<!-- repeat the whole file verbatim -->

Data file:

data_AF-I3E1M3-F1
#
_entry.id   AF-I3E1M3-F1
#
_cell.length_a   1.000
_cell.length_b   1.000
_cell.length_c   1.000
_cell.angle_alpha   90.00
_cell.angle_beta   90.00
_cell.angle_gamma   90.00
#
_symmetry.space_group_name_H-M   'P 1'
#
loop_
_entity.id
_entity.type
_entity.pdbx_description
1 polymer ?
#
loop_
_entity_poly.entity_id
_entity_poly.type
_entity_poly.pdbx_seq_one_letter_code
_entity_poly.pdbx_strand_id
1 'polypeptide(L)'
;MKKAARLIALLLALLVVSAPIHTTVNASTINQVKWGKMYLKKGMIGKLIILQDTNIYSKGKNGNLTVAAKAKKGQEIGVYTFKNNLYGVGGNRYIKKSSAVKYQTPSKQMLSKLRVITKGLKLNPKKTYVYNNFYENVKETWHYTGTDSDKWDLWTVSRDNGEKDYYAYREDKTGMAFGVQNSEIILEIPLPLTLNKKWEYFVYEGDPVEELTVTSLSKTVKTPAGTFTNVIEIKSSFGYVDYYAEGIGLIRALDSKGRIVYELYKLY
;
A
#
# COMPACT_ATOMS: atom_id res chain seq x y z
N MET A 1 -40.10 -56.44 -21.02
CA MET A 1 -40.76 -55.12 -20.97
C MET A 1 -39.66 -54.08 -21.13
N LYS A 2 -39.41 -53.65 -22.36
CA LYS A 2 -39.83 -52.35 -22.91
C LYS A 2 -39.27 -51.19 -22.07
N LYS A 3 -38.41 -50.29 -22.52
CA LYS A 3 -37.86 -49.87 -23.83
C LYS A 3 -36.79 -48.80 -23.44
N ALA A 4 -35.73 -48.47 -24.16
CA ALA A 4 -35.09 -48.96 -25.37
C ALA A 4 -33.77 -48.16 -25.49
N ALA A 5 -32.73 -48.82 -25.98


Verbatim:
data_AF-I3E1M3-F1
#
_entry.id   AF-I3E1M3-F1
#
_cell.length_a   1.000
_cell.length_b   1.000
_cell.length_c   1.000
_cell.angle_alpha   90.00
_cell.angle_beta   90.00
_cell.angle_gamma   90.00
#
_symmetry.space_group_name_H-M   'P 1'
#
loop_
_entity.id
_entity.type
_entity.pdbx_description
1 polymer ?
#
loop_
_entity_poly.entity_id
_entity_poly.type
_entity_poly.pdbx_seq_one_letter_code
_entity_poly.pdbx_strand_id
1 'polypeptide(L)'
;MKKAARLIALLLALLVVSAPIHTTVNASTINQVKWGKMYLKKGMIGKLIILQDTNIYSKGKNGNLTVAAKAKKGQEIGVYTFKNNLYGVGGNRYIKKSSAVKYQTPSKQMLSKLRVITKGLKLNPKKTYVYNNFYENVKETWHYTGTDSDKWDLWTVSRDNGEKDYYAYREDKTGMAFGVQNSEIILEIPLPLTLNKKWEYFVYEGDPVEELTVTSLSKTVKTPAGTFTNVIEIKSSFGYVDYYAEGIGLIRALDSKGRIVYELYKLY
;
A
#
# COMPACT_ATOMS: atom_id res chain seq x y z
N MET A 1 -40.10 -56.44 -21.02
CA MET A 1 -40.76 -55.12 -20.97
C MET A 1 -39.66 -54.08 -21.13
N LYS A 2 -39.41 -53.65 -22.36
CA LYS A 2 -39.83 -52.35 -22.91
C LYS A 2 -39.27 -51.19 -22.07
N LYS A 3 -38.41 -50.29 -22.52
CA LYS A 3 -37.86 -49.87 -23.83
C LYS A 3 -36.79 -48.80 -23.44
N ALA A 4 -35.73 -48.47 -24.16
CA ALA A 4 -35.09 -48.96 -25.37
C ALA A 4 -33.77 -48.16 -25.49
N ALA A 5 -32.73 -48.82 -25.98